‘Berlin University covers up discovery of Mengele’s victims’: Berliner Zeitung

The German daily “Berliner Zeitung” wrote that the Free University of Berlin (FU) knew that the 250 liters of bone fragments found on its grounds in 2014 came from victims of Dr Josef Mengele’s medical experiments in Auschwitz. Dr Mengele was one of the faculty members of the Kaiser Wilhelm Institute of Anthropology, Human Heredity, and Eugenics (KWIA), which operated in the building before and during the Second World War.

On July 1, 2014, construction workers discovered a pit filled to the brim with human bones. Investigators from the Institute of Forensic Medicine at the Charité clinic quickly determined that the 250 liters of bone fragments were mostly of human origin, from both children and adults.

According to the investigators, the bones had been in the ground for several decades. Ten round plastic labels in different colors with handwritten numbers were found among the bones. Such plastic labels were often used by Mengele’s team on Auschwitz prisoners selected for medical experiments.

The daily wrote that it was previously known that Mengele had supplied the KWIA with countless human bodies stemming from medical experiments conducted at Auschwitz in the years of 1943 and 1944.

Mengele and his former superior, Professor Ottmar von Verschuer, who headed the KWIA, described the bones, eyes, blood samples and organs of the murdered as "scientific material”. Verschuer, Mengele and other German doctors were at the time engaged in research on "physical anomalies" among Auschwitz prisoners.

In his memoirs, Mengele's surviving assistant, the Hungarian-Jewish physician and Auschwitz prisoner Miklós Nyiszli described in great detail how the patients exposed to medical experiments were treated.

For example, in 1944, an approximately 50-year-old father and his 15-year-old son, who had deformed feet, were sent to Auschwitz from the Łódź ghetto. Dr. Mengele led them both to the autopsy room in Crematorium II and instructed Nyiszli: "Get the exact measurements of the father and son. Carefully fill out all clinical examination forms, paying special attention to possible causes for the development of the deformity." After the examination, father and son were immediately executed, and Mengele gave the order: "The skeletons must be prepared and sent to Berlin."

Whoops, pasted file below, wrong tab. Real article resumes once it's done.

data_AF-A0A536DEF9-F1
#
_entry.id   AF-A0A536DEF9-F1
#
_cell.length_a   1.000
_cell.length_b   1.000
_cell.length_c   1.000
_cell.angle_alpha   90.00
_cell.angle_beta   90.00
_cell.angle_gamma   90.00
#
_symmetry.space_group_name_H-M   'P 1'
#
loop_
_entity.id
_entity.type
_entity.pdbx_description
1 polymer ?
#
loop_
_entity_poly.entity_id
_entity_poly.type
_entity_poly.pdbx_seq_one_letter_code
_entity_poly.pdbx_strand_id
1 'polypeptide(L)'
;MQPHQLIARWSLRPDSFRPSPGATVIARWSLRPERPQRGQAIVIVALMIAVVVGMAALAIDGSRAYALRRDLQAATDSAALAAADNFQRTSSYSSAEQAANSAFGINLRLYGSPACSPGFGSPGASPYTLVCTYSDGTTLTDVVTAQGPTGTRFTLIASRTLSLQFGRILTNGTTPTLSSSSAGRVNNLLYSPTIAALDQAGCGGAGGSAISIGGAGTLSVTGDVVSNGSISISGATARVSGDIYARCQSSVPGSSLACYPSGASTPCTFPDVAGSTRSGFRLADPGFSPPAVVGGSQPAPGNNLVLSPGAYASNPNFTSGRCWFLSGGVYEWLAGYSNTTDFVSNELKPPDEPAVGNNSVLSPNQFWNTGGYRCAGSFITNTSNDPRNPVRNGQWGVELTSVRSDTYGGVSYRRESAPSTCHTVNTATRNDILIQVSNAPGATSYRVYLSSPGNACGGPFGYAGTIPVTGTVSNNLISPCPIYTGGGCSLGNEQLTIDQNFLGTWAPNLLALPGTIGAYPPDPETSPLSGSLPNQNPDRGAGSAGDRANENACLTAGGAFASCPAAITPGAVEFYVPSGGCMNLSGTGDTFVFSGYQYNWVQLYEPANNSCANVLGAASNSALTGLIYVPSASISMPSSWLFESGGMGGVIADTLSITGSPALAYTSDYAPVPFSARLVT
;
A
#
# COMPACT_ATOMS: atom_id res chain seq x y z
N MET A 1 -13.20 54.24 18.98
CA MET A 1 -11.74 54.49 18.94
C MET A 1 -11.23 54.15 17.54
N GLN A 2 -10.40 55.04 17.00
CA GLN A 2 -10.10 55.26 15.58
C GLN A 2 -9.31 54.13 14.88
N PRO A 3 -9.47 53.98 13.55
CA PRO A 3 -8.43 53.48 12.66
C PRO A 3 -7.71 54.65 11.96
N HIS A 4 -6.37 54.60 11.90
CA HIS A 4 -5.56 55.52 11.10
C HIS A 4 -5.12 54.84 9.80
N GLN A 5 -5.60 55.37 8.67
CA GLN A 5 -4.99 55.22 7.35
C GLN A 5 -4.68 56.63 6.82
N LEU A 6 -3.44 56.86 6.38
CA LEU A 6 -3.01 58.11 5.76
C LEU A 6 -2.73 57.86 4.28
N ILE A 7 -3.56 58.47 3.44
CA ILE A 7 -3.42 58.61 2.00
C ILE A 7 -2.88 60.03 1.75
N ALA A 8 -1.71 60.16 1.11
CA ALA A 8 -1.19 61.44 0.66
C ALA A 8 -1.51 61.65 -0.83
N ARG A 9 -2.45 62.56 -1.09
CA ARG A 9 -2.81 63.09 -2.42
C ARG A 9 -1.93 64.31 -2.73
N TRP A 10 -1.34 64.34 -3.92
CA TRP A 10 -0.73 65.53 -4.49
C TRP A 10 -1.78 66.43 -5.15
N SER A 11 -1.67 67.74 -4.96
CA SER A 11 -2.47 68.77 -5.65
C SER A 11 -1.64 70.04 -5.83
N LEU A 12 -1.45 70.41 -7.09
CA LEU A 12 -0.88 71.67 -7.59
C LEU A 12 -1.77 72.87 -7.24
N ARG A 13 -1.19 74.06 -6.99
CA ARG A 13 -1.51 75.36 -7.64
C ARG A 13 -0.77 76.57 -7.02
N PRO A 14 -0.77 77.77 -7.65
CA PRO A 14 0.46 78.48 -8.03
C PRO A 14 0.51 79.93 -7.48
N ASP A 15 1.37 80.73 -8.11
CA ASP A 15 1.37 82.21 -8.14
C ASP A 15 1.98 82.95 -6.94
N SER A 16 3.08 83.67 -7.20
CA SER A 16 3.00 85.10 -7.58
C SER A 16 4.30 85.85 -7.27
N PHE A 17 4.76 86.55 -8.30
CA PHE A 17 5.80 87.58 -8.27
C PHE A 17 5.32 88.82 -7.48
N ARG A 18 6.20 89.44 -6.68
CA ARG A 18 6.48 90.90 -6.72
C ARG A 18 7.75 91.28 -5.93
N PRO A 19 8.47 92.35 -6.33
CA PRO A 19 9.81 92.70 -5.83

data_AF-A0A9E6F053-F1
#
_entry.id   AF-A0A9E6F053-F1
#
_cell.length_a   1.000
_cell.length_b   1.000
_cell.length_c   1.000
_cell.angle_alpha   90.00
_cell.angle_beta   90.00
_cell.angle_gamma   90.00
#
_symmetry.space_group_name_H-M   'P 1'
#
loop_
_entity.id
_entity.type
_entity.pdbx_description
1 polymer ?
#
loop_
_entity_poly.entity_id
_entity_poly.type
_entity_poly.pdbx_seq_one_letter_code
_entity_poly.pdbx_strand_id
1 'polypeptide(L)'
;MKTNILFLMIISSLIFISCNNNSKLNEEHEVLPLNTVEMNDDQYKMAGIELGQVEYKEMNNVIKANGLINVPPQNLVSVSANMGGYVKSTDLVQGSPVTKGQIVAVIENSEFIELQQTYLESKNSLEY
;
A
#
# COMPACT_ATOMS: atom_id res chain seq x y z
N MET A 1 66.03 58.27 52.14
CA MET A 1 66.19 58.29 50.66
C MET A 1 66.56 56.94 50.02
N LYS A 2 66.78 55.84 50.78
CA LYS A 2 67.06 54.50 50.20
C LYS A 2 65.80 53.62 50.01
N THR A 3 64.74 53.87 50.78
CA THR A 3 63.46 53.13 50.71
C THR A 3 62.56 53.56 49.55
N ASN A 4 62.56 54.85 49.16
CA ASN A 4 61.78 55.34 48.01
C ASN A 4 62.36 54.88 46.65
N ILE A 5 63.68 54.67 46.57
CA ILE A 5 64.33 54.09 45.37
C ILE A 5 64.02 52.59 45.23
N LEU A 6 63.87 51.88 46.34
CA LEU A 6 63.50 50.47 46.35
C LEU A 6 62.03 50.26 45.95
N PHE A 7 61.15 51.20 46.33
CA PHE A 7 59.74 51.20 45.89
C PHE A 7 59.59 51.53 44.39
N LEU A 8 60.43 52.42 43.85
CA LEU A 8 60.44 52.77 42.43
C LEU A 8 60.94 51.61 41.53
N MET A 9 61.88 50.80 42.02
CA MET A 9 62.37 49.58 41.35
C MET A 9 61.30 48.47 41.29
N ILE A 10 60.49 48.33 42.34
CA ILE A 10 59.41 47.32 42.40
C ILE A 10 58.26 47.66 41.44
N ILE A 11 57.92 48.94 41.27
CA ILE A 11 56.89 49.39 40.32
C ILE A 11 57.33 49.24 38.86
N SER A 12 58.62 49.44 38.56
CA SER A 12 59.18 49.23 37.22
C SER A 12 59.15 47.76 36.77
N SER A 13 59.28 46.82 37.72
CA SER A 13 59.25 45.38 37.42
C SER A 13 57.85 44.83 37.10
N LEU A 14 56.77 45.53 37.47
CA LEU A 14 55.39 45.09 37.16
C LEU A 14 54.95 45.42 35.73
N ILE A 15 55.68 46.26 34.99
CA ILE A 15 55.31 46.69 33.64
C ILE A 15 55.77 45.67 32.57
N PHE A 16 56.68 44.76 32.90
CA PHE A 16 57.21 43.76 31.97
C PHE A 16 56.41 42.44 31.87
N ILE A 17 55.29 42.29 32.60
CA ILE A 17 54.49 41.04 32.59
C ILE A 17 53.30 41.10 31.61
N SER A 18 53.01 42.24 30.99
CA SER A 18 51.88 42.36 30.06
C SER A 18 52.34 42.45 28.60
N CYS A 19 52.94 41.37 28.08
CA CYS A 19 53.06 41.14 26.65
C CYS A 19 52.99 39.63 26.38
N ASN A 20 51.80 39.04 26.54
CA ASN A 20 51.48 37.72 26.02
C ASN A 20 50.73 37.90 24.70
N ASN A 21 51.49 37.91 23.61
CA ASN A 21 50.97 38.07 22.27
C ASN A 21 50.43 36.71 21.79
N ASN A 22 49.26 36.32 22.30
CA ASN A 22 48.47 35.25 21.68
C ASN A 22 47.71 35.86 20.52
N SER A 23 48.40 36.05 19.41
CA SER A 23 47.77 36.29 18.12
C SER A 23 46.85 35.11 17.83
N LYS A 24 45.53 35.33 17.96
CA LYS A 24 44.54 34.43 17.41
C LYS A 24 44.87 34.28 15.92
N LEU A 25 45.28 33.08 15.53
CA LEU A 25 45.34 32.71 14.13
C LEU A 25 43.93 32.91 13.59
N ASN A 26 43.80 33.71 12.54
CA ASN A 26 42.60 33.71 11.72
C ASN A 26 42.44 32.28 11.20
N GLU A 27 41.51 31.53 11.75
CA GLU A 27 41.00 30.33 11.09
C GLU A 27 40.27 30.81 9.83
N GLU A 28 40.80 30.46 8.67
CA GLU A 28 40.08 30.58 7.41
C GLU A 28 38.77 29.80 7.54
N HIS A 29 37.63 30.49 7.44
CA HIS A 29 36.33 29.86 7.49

The daily writes that the university authorities are blocking further excavations and that the rector is doing everything he can to make sure the matter is quickly hushed up.

The Berliner Zeitung article states that the rector of the Free University of Berlin, Peter-André Alt, and his staff knew about where the bodies found in 2014 had come from but did not share their knowledge with the police and forensic experts.

"As I suspect, FU's quest for the title of 'excellent university' was more important than many other things at the time. Words like 'Mengele,' 'murdered Jews' or 'Auschwitz' were considered inappropriate in this context,'' wrote the article's author Götz Aly.

"The university should have conducted a further investigation," the article reads. Instead, "the bones lay out in the open for months until they were quietly destroyed at the crematorium in Ruhleben on December 12, 2014 and then buried 'anonymously' in the ground next to the crematorium's basement window.

The excavations in 2014 were led by two archaeology professors from the Freie Universitaet, Reinhard Bernbeck and Susan Pollock, together with their students and assistants. (...) "The current rector of the Freie Universitaet, mathematician Guenter M. Ziegler, however, is doing everything possible to ensure that this unpleasant affair is quickly hushed up. To this day he does not allow further excavations proposed by archaeologists from his university," the article’s author stated.

Pollock was also able to establish that "the pit was dug in great haste, filled with sacks full of bones, and then very quickly - presumably because of the approaching Red Army - buried."

Based on their observations, Pollock and Bernbeck concluded that the entire site of the former Kaiser Wilhelm Institute should be thoroughly investigated.